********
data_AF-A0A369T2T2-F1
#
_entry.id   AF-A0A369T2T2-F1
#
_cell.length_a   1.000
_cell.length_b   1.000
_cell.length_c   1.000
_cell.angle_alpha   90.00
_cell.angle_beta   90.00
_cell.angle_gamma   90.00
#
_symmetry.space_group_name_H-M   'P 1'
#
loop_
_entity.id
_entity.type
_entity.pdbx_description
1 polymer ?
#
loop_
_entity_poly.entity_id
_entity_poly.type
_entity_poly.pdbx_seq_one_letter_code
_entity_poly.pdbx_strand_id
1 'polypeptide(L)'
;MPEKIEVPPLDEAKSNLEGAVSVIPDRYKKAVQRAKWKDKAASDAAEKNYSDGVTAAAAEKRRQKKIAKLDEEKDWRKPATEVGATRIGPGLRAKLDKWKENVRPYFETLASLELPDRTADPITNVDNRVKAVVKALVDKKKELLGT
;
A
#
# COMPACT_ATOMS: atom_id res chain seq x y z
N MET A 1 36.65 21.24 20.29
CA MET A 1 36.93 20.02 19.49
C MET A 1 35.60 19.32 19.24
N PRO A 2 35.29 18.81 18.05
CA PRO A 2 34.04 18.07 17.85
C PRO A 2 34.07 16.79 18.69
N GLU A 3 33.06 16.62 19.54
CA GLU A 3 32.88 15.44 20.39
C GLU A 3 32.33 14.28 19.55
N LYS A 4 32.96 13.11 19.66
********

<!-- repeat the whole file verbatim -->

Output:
data_AF-A0A369T2T2-F1
#
_entry.id   AF-A0A369T2T2-F1
#
_cell.length_a   1.000
_cell.length_b   1.000
_cell.length_c   1.000
_cell.angle_alpha   90.00
_cell.angle_beta   90.00
_cell.angle_gamma   90.00
#
_symmetry.space_group_name_H-M   'P 1'
#
loop_
_entity.id
_entity.type
_entity.pdbx_description
1 polymer ?
#
loop_
_entity_poly.entity_id
_entity_poly.type
_entity_poly.pdbx_seq_one_letter_code
_entity_poly.pdbx_strand_id
1 'polypeptide(L)'
;MPEKIEVPPLDEAKSNLEGAVSVIPDRYKKAVQRAKWKDKAASDAAEKNYSDGVTAAAAEKRRQKKIAKLDEEKDWRKPATEVGATRIGPGLRAKLDKWKENVRPYFETLASLELPDRTADPITNVDNRVKAVVKALVDKKKELLGT
;
A
#
# COMPACT_ATOMS: atom_id res chain seq x y z
N MET A 1 36.65 21.24 20.29
CA MET A 1 36.93 20.02 19.49
C MET A 1 35.60 19.32 19.24
N PRO A 2 35.29 18.81 18.05
CA PRO A 2 34.04 18.07 17.85
C PRO A 2 34.07 16.79 18.69
N GLU A 3 33.06 16.62 19.54
CA GLU A 3 32.88 15.44 20.39
C GLU A 3 32.33 14.28 19.55
N LYS A 4 32.96 13.11 19.66